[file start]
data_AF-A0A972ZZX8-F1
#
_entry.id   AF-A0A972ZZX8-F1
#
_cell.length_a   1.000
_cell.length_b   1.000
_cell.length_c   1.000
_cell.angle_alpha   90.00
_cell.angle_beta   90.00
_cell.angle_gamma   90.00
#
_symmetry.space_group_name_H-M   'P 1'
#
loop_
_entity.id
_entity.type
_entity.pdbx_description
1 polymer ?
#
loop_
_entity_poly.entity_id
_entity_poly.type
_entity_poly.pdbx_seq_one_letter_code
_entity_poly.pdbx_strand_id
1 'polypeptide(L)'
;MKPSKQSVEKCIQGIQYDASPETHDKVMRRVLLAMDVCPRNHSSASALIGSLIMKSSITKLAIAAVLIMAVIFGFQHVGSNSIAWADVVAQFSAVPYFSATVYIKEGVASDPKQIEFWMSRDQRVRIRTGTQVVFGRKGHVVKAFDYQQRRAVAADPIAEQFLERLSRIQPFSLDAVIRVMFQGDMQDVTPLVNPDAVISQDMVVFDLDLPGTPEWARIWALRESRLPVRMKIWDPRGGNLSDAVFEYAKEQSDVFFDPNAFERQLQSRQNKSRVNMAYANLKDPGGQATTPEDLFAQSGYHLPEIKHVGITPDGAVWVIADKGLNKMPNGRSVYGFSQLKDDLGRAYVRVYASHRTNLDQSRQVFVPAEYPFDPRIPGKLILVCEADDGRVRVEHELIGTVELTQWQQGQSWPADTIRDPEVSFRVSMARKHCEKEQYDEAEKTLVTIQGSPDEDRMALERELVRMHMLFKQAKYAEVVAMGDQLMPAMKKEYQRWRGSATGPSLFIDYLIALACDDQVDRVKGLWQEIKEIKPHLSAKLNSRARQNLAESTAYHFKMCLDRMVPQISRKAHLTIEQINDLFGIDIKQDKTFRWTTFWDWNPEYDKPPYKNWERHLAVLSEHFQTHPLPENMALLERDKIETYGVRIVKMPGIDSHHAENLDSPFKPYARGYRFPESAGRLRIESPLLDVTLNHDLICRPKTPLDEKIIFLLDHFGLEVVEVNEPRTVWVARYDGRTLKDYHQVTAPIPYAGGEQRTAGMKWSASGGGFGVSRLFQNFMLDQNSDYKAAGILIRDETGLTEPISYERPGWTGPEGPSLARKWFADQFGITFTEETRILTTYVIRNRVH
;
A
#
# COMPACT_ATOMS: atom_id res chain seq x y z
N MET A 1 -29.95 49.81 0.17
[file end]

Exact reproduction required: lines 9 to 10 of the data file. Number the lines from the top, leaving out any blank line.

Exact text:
_cell.angle_beta   90.00
_cell.angle_gamma   90.00